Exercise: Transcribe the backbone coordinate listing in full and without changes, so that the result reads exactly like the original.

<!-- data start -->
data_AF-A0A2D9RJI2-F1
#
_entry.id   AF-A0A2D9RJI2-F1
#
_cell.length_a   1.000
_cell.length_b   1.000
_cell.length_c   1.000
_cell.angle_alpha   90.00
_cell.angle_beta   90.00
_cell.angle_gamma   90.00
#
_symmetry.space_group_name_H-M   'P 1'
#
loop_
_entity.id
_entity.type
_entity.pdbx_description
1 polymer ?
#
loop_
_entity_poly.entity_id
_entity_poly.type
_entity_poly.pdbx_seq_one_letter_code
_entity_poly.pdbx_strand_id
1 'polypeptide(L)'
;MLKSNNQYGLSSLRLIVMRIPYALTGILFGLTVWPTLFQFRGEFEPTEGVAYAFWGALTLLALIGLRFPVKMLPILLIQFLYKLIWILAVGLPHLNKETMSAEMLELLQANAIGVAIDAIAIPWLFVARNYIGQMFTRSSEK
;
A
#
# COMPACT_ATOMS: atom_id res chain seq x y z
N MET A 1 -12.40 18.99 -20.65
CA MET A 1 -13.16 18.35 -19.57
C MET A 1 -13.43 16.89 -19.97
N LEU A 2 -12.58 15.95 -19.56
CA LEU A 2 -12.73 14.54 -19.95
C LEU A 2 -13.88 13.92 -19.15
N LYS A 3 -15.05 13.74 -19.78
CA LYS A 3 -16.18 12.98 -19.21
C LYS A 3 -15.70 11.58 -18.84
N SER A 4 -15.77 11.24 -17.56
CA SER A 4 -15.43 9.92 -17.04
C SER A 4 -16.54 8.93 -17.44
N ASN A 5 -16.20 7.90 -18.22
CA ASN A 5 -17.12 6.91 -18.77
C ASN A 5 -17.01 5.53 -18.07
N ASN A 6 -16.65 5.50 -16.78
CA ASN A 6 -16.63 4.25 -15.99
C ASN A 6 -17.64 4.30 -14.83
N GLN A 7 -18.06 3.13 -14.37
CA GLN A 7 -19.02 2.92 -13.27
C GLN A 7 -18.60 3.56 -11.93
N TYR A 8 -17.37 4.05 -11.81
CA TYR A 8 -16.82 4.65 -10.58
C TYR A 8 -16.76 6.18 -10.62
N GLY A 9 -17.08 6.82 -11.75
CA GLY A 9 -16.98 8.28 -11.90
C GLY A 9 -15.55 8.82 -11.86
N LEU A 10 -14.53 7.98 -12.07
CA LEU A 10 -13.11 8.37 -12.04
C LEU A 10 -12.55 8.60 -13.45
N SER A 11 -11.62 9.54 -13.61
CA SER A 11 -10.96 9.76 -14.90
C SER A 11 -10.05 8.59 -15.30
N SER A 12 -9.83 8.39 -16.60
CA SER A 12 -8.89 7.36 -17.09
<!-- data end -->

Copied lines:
data_AF-A0A2D9RJI2-F1
#
_entry.id   AF-A0A2D9RJI2-F1
#
_cell.length_a   1.000
_cell.length_b   1.000
_cell.length_c   1.000
_cell.angle_alpha   90.00
_cell.angle_beta   90.00
_cell.angle_gamma   90.00
#
_symmetry.space_group_name_H-M   'P 1'
#
loop_
_entity.id
_entity.type
_entity.pdbx_description
1 polymer ?
#
loop_
_entity_poly.entity_id
_entity_poly.type
_entity_poly.pdbx_seq_one_letter_code
_entity_poly.pdbx_strand_id
1 'polypeptide(L)'
;MLKSNNQYGLSSLRLIVMRIPYALTGILFGLTVWPTLFQFRGEFEPTEGVAYAFWGALTLLALIGLRFPVKMLPILLIQFLYKLIWILAVGLPHLNKETMSAEMLELLQANAIGVAIDAIAIPWLFVARNYIGQMFTRSSEK
;
A
#
# COMPACT_ATOMS: atom_id res chain seq x y z
N MET A 1 -12.40 18.99 -20.65
CA MET A 1 -13.16 18.35 -19.57
C MET A 1 -13.43 16.89 -19.97
N LEU A 2 -12.58 15.95 -19.56
CA LEU A 2 -12.73 14.54 -19.95
C LEU A 2 -13.88 13.92 -19.15
N LYS A 3 -15.05 13.74 -19.78
CA LYS A 3 -16.18 12.98 -19.21
C LYS A 3 -15.70 11.58 -18.84
N SER A 4 -15.77 11.24 -17.56
CA SER A 4 -15.43 9.92 -17.04
C SER A 4 -16.54 8.93 -17.44
N ASN A 5 -16.20 7.90 -18.22
CA ASN A 5 -17.12 6.91 -18.77
C ASN A 5 -17.01 5.53 -18.07
N ASN A 6 -16.65 5.50 -16.78
CA ASN A 6 -16.63 4.25 -15.99
C ASN A 6 -17.64 4.30 -14.83
N GLN A 7 -18.06 3.13 -14.37
CA GLN A 7 -19.02 2.92 -13.27
C GLN A 7 -18.60 3.56 -11.93
N TYR A 8 -17.37 4.05 -11.81
CA TYR A 8 -16.82 4.65 -10.58
C TYR A 8 -16.76 6.18 -10.62
N GLY A 9 -17.08 6.82 -11.75
CA GLY A 9 -16.98 8.28 -11.90
C GLY A 9 -15.55 8.82 -11.86
N LEU A 10 -14.53 7.98 -12.07
CA LEU A 10 -13.11 8.37 -12.04
C LEU A 10 -12.55 8.60 -13.45
N SER A 11 -11.62 9.54 -13.61
CA SER A 11 -10.96 9.76 -14.90
C SER A 11 -10.05 8.59 -15.30
N SER A 12 -9.83 8.39 -16.60
CA SER A 12 -8.89 7.36 -17.09